Once the political director for the Ron Paul 2008 presidential campaign, Craig Berman is now the CEO of a tech company and mines Bitcoin in his spare time
In a recent interview, Craig Bergman disclosed that along with running his company Vortex Blockchain Technologies – he also mine cryptos, most notably Bitcoin, as a side project.
Vortex works on fintech, cybersecurity, hardware development, Bitcoin mining and AI development. The company has 75,500,000 privately held shares and plans to go public later in 2020.
Politically identifying as a Libertarian, Bergman has been a long time supporter of Bitcoin and claims he strongly backs crypto over the US dollar. Even with his faith in crypto, he also remains sceptical, stating that Bitcoin will not last forever.
“I would make halving every year and start with a bigger pool. Satoshi was good at economics and bad at math. Bitcoin cannot make it another 100 years as it is not big enough to capture the 100 Trillion dollar world economy,”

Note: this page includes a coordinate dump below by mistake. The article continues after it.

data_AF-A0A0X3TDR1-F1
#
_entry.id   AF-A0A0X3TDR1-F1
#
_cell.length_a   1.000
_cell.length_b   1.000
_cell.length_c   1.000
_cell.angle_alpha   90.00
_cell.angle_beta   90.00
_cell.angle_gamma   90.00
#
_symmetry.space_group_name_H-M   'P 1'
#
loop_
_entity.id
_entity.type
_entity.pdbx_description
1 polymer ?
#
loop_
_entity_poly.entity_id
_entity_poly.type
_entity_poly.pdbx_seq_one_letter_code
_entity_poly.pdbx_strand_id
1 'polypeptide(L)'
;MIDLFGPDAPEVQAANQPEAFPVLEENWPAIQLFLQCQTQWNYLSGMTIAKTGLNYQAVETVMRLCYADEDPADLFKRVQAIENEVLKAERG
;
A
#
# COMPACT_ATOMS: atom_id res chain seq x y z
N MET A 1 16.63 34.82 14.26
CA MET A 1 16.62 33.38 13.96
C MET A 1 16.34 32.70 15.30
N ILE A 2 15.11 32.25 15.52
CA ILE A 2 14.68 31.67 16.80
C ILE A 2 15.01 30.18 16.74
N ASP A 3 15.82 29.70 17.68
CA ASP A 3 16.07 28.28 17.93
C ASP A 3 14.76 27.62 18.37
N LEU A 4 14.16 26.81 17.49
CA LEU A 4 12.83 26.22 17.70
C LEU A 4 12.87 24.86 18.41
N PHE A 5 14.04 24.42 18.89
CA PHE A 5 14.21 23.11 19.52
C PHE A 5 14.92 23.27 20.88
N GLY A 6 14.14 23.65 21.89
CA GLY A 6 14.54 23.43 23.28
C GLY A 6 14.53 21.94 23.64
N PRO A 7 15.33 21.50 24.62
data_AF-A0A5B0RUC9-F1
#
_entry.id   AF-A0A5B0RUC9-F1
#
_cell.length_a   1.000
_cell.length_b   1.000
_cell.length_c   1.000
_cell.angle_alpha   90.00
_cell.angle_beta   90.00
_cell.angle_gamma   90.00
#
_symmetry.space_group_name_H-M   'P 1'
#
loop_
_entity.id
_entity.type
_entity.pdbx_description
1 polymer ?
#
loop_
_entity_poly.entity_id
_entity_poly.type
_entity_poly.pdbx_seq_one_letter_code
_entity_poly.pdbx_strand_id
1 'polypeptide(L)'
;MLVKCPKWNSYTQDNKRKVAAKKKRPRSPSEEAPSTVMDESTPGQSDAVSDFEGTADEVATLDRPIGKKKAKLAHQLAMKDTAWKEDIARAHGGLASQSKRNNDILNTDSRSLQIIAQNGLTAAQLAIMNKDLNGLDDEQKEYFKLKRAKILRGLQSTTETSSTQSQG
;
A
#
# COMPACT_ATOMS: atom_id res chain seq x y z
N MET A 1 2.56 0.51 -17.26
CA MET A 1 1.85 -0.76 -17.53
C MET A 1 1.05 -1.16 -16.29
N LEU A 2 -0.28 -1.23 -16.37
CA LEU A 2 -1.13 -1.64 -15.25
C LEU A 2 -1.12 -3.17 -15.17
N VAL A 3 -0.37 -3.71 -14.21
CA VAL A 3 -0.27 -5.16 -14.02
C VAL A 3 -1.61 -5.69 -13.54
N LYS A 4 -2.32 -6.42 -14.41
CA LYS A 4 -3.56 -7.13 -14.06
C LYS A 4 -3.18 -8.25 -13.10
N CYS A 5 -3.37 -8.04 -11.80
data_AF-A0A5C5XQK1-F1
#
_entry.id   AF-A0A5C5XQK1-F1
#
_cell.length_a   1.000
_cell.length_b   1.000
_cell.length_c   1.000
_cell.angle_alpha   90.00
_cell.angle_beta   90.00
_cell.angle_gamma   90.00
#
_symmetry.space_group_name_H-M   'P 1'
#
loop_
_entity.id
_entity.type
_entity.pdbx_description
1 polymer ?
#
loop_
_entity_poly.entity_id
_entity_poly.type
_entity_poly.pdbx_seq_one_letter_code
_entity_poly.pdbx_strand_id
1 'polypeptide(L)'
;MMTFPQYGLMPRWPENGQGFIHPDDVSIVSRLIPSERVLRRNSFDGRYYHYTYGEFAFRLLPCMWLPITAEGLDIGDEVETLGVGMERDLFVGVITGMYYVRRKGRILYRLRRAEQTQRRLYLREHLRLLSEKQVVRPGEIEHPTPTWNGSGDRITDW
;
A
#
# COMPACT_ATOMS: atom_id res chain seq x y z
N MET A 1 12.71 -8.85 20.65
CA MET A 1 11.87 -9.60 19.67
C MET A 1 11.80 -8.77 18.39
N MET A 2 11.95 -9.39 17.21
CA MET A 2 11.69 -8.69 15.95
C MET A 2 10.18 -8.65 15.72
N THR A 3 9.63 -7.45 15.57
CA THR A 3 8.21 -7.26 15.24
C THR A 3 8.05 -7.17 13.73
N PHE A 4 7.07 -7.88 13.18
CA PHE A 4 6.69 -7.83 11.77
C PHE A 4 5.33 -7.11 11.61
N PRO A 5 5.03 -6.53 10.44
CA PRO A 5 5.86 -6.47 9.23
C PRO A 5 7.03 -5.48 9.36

Even though he is an adamant supporter of Bitcoin, Bergman thinks that future cryptocurrencies may develop capacities that Bitcoin does not possess.
“Cardano is close, but it’s like watching Shawshank Redemption where [Andy Dufresne] is chipping away at a wall behind a Marilyn Monroe poster. Will he finally break through? Probably, but it will take 20 years.” he stated in the same interview.
The Future Outlook for Crypto in the US
The term “cryptocurrency” is still very murky; the rules for cryptos vary based on which agency is looking at the assets. Without firm regulations, large investments in US-based crypto development are difficult, as other nations like Singapore have created a regulatory environment that is far more attractive.
Currently, the Financial Crime Enforcement Network (FinCEN) does not consider crypto to be legal tender, but that it can be exchanged in the same way as money. In contrast, the IRS considers it as property, which means it could be taxed accordingly through its guidelines.
The US Government hasn’t directly regulated cryptos, leaving room for their growth — but making other nations where there are firm regulations more attractive for investors.
The recently proposed anti-encryption bill, the Lawful Access to Encrypted Data Act of 2020 (LAED), outlaws the use of any encrypted product or information that cannot be accessed by the federal government. If this bill is passed, decentralized coins such as Bitcoin will be difficult to bring into compliance with the law.
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